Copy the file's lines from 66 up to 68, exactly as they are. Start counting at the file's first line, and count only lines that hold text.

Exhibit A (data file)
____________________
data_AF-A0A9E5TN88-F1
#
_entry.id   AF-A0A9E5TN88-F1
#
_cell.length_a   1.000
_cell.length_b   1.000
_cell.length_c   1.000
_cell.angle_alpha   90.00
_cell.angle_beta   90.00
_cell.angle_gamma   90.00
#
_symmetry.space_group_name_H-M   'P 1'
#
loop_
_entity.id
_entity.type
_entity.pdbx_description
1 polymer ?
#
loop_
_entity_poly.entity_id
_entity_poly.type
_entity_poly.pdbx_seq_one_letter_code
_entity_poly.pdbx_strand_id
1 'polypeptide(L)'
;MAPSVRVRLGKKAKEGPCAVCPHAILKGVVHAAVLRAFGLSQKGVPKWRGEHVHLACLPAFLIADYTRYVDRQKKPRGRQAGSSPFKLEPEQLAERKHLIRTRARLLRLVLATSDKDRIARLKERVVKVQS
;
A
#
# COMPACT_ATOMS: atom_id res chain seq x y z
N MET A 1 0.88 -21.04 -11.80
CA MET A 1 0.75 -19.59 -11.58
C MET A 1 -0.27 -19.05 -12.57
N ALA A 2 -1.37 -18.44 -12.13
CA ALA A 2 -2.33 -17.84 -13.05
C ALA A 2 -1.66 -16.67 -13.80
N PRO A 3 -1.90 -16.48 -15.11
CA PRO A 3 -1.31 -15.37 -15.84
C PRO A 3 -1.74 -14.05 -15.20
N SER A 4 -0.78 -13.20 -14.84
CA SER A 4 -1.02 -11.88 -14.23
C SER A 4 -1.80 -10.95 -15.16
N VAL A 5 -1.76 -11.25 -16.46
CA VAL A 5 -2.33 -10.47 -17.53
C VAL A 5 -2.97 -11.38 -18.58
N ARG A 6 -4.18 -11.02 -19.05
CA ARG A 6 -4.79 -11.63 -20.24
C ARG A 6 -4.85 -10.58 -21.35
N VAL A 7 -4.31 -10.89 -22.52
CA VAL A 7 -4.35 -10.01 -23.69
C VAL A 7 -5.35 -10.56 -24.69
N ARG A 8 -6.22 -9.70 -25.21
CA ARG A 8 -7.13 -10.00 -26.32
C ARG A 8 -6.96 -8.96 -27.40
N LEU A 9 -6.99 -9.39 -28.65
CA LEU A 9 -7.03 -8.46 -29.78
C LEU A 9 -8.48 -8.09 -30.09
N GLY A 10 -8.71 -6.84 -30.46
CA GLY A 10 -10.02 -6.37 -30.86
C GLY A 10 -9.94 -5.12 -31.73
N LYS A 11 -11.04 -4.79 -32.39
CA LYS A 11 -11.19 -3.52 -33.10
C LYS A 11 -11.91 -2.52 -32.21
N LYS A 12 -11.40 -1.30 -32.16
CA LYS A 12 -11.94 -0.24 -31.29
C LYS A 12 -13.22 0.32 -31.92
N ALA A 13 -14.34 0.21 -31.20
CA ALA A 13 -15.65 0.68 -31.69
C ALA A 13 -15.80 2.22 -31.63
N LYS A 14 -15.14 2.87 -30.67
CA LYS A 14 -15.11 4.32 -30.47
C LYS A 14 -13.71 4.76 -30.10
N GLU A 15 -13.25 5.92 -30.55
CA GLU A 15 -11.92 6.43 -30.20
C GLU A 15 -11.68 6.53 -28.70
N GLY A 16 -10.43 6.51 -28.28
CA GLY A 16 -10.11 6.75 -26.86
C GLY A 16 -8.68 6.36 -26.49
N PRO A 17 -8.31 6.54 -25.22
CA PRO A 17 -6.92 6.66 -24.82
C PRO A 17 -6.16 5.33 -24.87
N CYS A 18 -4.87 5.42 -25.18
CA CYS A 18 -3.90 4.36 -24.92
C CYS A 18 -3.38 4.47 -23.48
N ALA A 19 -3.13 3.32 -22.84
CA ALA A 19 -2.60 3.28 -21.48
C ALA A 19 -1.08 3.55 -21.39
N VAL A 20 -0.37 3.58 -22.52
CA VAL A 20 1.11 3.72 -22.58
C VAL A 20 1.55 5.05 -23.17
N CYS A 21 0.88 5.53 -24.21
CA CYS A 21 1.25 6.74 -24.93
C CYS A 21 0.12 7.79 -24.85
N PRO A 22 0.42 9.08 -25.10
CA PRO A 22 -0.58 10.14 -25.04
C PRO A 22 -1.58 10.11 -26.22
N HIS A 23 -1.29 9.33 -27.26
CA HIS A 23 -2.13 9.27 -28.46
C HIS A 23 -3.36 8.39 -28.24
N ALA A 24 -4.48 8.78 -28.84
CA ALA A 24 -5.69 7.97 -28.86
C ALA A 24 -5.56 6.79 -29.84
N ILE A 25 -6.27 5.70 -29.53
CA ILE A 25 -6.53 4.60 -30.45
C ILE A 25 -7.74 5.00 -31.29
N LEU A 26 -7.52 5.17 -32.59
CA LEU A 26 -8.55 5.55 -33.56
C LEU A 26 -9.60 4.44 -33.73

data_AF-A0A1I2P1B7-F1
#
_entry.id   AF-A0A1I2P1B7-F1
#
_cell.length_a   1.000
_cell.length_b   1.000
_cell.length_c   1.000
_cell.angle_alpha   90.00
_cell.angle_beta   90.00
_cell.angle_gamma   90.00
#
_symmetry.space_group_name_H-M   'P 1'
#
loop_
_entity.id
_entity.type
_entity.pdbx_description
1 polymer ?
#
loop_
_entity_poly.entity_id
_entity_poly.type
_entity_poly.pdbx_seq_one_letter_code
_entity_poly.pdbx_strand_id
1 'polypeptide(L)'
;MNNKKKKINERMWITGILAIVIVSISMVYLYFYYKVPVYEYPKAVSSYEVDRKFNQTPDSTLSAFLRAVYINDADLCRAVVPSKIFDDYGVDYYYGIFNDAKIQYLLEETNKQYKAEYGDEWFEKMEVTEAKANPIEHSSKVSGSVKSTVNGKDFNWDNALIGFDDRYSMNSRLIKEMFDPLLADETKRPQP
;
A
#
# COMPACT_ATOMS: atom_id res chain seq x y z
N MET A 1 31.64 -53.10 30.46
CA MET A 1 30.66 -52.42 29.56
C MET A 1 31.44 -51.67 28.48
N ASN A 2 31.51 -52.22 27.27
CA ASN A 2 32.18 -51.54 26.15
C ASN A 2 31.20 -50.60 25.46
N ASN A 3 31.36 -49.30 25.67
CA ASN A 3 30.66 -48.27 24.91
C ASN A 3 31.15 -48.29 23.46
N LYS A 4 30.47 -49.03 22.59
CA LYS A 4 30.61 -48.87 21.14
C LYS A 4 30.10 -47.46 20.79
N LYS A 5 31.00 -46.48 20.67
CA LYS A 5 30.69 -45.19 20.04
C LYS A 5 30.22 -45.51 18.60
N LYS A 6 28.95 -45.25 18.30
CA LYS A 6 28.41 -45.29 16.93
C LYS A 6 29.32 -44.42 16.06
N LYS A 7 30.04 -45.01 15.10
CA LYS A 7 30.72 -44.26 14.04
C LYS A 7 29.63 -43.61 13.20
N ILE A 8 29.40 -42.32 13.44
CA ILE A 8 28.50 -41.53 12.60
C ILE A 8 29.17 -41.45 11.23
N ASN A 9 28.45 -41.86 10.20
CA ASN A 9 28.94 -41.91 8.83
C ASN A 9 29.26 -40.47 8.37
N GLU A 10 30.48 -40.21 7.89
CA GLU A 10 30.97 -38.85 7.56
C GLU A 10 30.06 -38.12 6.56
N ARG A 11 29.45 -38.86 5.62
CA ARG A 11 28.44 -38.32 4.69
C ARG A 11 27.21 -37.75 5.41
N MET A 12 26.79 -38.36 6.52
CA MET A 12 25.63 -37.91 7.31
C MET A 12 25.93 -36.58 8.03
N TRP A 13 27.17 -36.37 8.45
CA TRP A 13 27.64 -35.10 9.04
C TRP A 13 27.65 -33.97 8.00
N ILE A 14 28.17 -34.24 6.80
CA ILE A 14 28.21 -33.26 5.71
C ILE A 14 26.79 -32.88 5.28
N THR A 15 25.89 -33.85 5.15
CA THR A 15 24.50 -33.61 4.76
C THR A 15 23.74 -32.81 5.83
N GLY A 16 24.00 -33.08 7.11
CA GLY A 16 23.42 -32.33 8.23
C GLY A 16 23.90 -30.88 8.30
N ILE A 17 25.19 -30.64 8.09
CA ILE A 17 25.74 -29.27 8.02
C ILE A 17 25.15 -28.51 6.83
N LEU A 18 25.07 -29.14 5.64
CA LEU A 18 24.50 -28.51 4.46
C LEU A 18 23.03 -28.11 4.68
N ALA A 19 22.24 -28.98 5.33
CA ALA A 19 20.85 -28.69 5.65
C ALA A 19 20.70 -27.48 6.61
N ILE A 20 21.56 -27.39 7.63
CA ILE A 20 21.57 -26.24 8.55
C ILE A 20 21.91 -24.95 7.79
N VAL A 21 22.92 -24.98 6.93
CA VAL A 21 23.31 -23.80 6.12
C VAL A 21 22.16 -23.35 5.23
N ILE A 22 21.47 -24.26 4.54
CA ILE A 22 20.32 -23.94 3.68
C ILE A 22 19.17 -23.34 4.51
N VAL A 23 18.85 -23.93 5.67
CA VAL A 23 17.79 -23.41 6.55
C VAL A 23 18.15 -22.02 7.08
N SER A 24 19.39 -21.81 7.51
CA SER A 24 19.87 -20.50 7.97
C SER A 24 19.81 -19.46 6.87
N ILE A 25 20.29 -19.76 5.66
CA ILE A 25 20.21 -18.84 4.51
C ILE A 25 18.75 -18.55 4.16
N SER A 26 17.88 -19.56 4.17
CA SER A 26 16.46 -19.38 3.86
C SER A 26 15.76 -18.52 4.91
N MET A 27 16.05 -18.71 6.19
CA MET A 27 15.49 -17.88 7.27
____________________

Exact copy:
C LYS A 12 -13.22 0.32 -31.92
N ALA A 13 -14.34 0.21 -31.20
CA ALA A 13 -15.65 0.68 -31.69